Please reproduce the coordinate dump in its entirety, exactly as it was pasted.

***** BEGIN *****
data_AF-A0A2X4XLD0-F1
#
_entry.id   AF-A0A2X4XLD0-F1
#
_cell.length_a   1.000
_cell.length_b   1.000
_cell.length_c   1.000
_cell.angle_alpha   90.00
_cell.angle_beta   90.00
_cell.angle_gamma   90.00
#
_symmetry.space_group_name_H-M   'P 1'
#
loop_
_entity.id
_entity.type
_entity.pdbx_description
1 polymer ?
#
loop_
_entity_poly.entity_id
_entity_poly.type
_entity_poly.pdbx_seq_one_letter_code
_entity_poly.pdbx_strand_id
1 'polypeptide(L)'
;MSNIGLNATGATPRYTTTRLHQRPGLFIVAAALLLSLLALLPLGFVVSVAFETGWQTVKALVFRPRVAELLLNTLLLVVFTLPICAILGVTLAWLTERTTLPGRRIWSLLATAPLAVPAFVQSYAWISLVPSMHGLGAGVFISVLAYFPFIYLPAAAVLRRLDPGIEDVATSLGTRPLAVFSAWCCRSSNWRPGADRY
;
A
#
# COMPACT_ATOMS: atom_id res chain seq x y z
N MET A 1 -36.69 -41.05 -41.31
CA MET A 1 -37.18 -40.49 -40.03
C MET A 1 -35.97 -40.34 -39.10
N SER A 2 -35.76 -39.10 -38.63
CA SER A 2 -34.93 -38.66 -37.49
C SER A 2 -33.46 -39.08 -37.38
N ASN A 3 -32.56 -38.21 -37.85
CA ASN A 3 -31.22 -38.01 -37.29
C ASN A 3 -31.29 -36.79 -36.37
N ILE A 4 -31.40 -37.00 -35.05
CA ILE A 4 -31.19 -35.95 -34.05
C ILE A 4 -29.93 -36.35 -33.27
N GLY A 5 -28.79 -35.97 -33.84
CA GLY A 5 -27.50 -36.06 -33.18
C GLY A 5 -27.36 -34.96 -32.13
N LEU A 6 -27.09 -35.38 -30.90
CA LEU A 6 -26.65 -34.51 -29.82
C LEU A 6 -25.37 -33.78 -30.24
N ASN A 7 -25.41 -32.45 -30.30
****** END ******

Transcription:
data_AF-A0A2X4XLD0-F1
#
_entry.id   AF-A0A2X4XLD0-F1
#
_cell.length_a   1.000
_cell.length_b   1.000
_cell.length_c   1.000
_cell.angle_alpha   90.00
_cell.angle_beta   90.00
_cell.angle_gamma   90.00
#
_symmetry.space_group_name_H-M   'P 1'
#
loop_
_entity.id
_entity.type
_entity.pdbx_description
1 polymer ?
#
loop_
_entity_poly.entity_id
_entity_poly.type
_entity_poly.pdbx_seq_one_letter_code
_entity_poly.pdbx_strand_id
1 'polypeptide(L)'
;MSNIGLNATGATPRYTTTRLHQRPGLFIVAAALLLSLLALLPLGFVVSVAFETGWQTVKALVFRPRVAELLLNTLLLVVFTLPICAILGVTLAWLTERTTLPGRRIWSLLATAPLAVPAFVQSYAWISLVPSMHGLGAGVFISVLAYFPFIYLPAAAVLRRLDPGIEDVATSLGTRPLAVFSAWCCRSSNWRPGADRY
;
A
#
# COMPACT_ATOMS: atom_id res chain seq x y z
N MET A 1 -36.69 -41.05 -41.31
CA MET A 1 -37.18 -40.49 -40.03
C MET A 1 -35.97 -40.34 -39.10
N SER A 2 -35.76 -39.10 -38.63
CA SER A 2 -34.93 -38.66 -37.49
C SER A 2 -33.46 -39.08 -37.38
N ASN A 3 -32.56 -38.21 -37.85
CA ASN A 3 -31.22 -38.01 -37.29
C ASN A 3 -31.29 -36.79 -36.37
N ILE A 4 -31.40 -37.00 -35.05
CA ILE A 4 -31.19 -35.95 -34.05
C ILE A 4 -29.93 -36.35 -33.27
N GLY A 5 -28.79 -35.97 -33.84
CA GLY A 5 -27.50 -36.06 -33.18
C GLY A 5 -27.36 -34.96 -32.13
N LEU A 6 -27.09 -35.38 -30.90
CA LEU A 6 -26.65 -34.51 -29.82
C LEU A 6 -25.37 -33.78 -30.24
N ASN A 7 -25.41 -32.45 -30.30